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St. Paul, Minn.: I know you appreciate food and can put away large quatities in one sitting. How do you manage to keep trim? I don't get the impression that exercising with a cigarette hanging out of your mouth is the answer.

Anthony Bourdain: My diet and health regime is as follows: a healthy breakfast of coffee and cigarettes, a big lunch, sensible dinner. I don't snack. I don't eat Cheese Doodles. I don't eat Pringles and I'm not into desserts and sweats. I call it the Keith Richards exercise plan. Every day that Keith Richards sill walks this earth is a validation of my workout regimen.

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Maryland: Is this show your retirement plan? Where do old chefs go to die?

Anthony Bourdain: Where do chefs go to die? Las Vegas. I don't have a retirement plan. I'm making it up as I go along. I hope to die while making this show with a big hunk of properly cooked pork hanging out of my mouth and a cigarette still burning in my hand.

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Reston, Va.: You don't seem to spend much visiting vineyards. Why is that?

Anthony Bourdain: Is watching some idiot drinking a glass of red stuff and telling you it's good, visually interesting? You can't taste wine that you see on television. Food porn, the pleasures of food, are more easily communicated. I love a good wine. I just don't know how entertaining watching me suck down a bottle of Chateau D'Yqem would be.

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Washington, D.C.: Will there be some Eastern European destinations on the show?

Anthony Bourdain: I hope so. I'm looking hard at Prague at the moment.

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Hawaii: Will you ever travel to Hawaii and check out the spam craze?

Anthony Bourdain: Then I would have to eat a lot of Spam and I would rather have sex with a crackhead clown an ebola-infected spider monkey than eat Spam on a regular basis. Does Spam qualify as food or bulding material?

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Austin, Texas: What do you say to someone who does not enjoy food?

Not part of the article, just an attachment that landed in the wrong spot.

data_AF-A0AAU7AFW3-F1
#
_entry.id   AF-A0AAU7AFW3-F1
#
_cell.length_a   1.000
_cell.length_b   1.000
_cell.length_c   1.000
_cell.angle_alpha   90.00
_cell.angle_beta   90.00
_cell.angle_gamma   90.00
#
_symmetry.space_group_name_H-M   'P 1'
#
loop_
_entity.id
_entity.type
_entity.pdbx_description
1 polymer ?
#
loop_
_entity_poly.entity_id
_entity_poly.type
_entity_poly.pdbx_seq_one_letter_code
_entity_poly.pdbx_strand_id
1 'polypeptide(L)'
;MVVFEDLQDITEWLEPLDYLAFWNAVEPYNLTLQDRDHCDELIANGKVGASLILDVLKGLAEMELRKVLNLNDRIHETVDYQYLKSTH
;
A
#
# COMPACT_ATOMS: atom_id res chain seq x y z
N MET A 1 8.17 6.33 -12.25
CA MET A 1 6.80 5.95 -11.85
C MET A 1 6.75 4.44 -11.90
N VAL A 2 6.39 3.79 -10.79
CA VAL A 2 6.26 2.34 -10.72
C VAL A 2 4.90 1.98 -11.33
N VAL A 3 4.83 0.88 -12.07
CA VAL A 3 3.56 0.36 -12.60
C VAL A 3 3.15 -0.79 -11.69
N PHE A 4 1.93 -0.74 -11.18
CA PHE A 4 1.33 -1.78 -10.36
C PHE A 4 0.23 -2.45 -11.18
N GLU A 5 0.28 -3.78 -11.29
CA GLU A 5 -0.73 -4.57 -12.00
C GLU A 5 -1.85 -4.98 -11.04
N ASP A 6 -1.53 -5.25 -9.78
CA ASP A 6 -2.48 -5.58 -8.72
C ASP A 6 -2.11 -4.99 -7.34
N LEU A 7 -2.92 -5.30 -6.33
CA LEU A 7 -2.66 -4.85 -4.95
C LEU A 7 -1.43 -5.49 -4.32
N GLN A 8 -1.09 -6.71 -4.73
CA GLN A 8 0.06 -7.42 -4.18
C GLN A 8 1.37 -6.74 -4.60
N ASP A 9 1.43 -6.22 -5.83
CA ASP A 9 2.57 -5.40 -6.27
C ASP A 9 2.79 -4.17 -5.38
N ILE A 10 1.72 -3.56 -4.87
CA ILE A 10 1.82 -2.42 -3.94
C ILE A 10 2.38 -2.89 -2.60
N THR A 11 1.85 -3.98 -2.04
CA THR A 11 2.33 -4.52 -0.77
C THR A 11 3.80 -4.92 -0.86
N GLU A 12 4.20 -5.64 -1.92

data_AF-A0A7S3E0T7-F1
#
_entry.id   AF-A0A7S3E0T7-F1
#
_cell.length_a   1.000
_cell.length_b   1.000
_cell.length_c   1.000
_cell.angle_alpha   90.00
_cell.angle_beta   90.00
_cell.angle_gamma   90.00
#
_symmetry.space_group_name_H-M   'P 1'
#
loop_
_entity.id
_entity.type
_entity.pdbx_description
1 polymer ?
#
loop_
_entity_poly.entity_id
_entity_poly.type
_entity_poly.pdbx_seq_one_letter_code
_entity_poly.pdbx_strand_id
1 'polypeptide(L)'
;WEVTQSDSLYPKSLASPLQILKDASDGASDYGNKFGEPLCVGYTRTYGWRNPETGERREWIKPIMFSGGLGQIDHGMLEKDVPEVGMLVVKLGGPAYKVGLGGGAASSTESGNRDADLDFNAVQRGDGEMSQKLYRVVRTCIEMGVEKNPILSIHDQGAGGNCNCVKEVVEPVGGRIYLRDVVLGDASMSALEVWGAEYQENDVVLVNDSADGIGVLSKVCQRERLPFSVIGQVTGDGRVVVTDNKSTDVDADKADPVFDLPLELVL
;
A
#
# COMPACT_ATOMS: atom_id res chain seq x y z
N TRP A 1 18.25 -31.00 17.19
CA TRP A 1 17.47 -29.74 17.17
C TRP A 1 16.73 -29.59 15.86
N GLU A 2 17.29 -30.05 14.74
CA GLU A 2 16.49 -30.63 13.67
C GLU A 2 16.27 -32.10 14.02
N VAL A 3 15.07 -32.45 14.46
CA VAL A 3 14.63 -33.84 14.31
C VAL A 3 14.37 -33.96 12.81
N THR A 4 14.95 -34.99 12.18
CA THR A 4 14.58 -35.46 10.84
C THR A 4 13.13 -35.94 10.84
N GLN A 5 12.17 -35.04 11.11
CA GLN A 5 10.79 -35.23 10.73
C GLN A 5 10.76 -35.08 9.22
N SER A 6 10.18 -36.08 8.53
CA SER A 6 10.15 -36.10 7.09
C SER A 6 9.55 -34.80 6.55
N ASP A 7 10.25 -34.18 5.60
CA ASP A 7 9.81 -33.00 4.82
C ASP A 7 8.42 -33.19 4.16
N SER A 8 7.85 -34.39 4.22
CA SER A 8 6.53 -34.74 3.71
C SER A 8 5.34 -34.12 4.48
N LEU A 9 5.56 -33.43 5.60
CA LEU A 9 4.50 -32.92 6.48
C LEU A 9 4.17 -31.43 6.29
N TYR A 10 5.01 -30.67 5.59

Anthony Bourdain: I'm guessing they're not too good in the sack either. What a terrible thing to contemplate.

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Jackson, Miss.: A response: Tex-Mex border is a great idea. Atlanta is like going to Dallas. I would recommend the rural South (Mississippi Delta maybe?)

Anthony Bourdain: Yes, but I'm a huge fan of the Clermont Lounge, one of the world's greatest dive bars in Atlanta, Fat Matt's Rib Shack and Bob and June's Kountry Kitchen. I'm familiar with Atlanta and a personal connection is really helpful when making a show.

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Washington, D.C.: Am going to Seoul and Gwangyang, Korea soon. Any culinary recommendations? Thanks...

Anthony Bourdain: I just got back from Seoul. Did a great show there. Everything is good. Be careful with the soju. Prepare to drink way too much of it and I hope you like karaoke because you will find yourself singing Anarchy in the U.K. from a table top with your shirt wrapped around your head with kimchee breath I love Korea. They know how to party.

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Anthony Bourdain: I'd like to thank everybody for the great questions and the Travel Channel for giving me the best job in the world.